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Evangelical Volunteers in Israel as Long-Term Pilgrims : Ambassadors for the Kingdom

ENGBERG, ARON LU (2016) In CABI Religious Tourism and Pilgrimage Series p.161-174
Abstract
Drawing from several years of field work and about 30 life story interviews,
this chapter presents a case of contemporary evangelical mobility that cannot
be squarely placed within any of the related academic debates about ‘(religious)
tourism’, ‘pilgrimage’, ‘short-term missions’, ‘international volunteering’ or ‘migration’ simply because it is intrinsically related to all these phenomena at the same time. Pro-Zionist Evangelical Christians come to Jerusalem from all parts of the world; some of them as part of biblical tours, some for Christian conferences or for Hebrew courses and yet others come as volunteers.This latter group is engaged in what often looks like secular humanitarian work, or sometimes even political... (More)
Drawing from several years of field work and about 30 life story interviews,
this chapter presents a case of contemporary evangelical mobility that cannot
be squarely placed within any of the related academic debates about ‘(religious)
tourism’, ‘pilgrimage’, ‘short-term missions’, ‘international volunteering’ or ‘migration’ simply because it is intrinsically related to all these phenomena at the same time. Pro-Zionist Evangelical Christians come to Jerusalem from all parts of the world; some of them as part of biblical tours, some for Christian conferences or for Hebrew courses and yet others come as volunteers.This latter group is engaged in what often looks like secular humanitarian work, or sometimes even political activism, but explains these activities almost exclusively in religious terms. Initially, they come for a short period of time but often end up staying in Jerusalem for 10 years or more. What looks like a temporary adventure often turns out to be something more akin to a ‘way of life’. Thus, I will explore this phenomenon as a case of ‘long-term pilgrimage’ in order to discuss the religious meanings that the volunteers attach to their time in Israel, the practices that they are involved in and to the place itself. Apart from providing more data on contemporary religiously motivated travel patterns I hope that this case will prove useful in reconsidering the traditional boundaries between ‘tourism’, ‘volunteer work’ and ‘pilgrimage’, and perhaps also illuminate something of the underlying theoretical quagmires about the relationship between ‘the secular’ and ‘the religious’. (Less)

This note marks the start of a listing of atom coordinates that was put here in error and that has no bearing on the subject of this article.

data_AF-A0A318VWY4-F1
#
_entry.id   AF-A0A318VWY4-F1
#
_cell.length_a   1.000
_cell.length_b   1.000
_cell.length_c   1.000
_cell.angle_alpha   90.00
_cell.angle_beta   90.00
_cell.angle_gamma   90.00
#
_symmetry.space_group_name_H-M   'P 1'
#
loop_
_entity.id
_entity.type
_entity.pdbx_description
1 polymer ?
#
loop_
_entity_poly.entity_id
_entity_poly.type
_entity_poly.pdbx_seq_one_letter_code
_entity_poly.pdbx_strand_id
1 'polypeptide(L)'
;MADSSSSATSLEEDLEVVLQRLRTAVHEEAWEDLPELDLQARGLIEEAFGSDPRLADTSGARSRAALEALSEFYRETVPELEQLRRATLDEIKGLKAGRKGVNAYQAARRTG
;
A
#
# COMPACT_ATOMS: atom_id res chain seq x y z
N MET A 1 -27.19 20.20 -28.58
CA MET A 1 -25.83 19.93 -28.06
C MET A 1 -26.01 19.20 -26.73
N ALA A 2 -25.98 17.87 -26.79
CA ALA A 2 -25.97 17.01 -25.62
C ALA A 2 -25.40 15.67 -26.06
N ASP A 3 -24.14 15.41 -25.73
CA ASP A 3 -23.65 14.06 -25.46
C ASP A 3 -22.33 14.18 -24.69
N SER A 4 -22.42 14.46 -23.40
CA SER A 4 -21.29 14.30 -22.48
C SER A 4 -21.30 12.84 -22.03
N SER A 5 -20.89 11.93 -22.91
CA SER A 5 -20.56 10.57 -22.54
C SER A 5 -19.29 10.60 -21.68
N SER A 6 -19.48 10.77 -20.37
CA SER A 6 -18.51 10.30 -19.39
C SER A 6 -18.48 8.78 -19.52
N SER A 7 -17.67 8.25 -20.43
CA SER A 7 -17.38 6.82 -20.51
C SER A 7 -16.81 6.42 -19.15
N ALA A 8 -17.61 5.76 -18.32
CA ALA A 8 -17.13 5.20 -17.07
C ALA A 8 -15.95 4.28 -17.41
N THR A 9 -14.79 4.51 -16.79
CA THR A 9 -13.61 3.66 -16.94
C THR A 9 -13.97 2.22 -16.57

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author
organization
publishing date
type
Chapter in Book/Report/Conference proceeding
publication status
published
subject
keywords
Volunteer Work, Christian Zionism, Pilgrimage, Religious Tourism, Secular and Religious Concerns, Evangelicalism
in
CABI Religious Tourism and Pilgrimage Series
editor
Leppäkari, Maria and Griffin, Kevin
pages
14 pages
publisher
CABI Publishing
ISBN
9781780647388
language
English
LU publication?
yes
id
52501b14-c687-4e16-8dc1-73c6173227a3
date added to LUP
2016-09-29 11:20:34
date last changed
2016-09-30 09:03:03
@inbook{52501b14-c687-4e16-8dc1-73c6173227a3,
  abstract     = {Drawing from several years of field work and about 30 life story interviews,<br/>this chapter presents a case of contemporary evangelical mobility that cannot<br/>be squarely placed within any of the related academic debates about ‘(religious)<br/>tourism’, ‘pilgrimage’, ‘short-term missions’, ‘international volunteering’ or ‘migration’ simply because it is intrinsically related to all these phenomena at the same time. Pro-Zionist Evangelical Christians come to Jerusalem from all parts of the world; some of them as part of biblical tours, some for Christian conferences or for Hebrew courses and yet others come as volunteers.This latter group is engaged in what often looks like secular humanitarian work, or sometimes even political activism, but explains these activities almost exclusively in religious terms. Initially, they come for a short period of time but often end up staying in Jerusalem for 10 years or more. What looks like a temporary adventure often turns out to be something more akin to a ‘way of life’. Thus, I will explore this phenomenon as a case of ‘long-term pilgrimage’ in order to discuss the religious meanings that the volunteers attach to their time in Israel, the practices that they are involved in and to the place itself. Apart from providing more data on contemporary religiously motivated travel patterns I hope that this case will prove useful in reconsidering the traditional boundaries between ‘tourism’, ‘volunteer work’ and ‘pilgrimage’, and perhaps also illuminate something of the underlying theoretical quagmires about the relationship between ‘the secular’ and ‘the religious’.},
  author       = {ENGBERG, ARON},
  editor       = {Leppäkari, Maria and Griffin, Kevin},
  isbn         = {9781780647388},
  keyword      = {Volunteer Work,Christian Zionism,Pilgrimage,Religious Tourism,Secular and Religious Concerns,Evangelicalism},
  language     = {eng},
  pages        = {161--174},
  publisher    = {CABI Publishing},
  series       = {CABI Religious Tourism and Pilgrimage Series},
  title        = {Evangelical Volunteers in Israel as Long-Term Pilgrims : Ambassadors for the Kingdom},
  year         = {2016},
}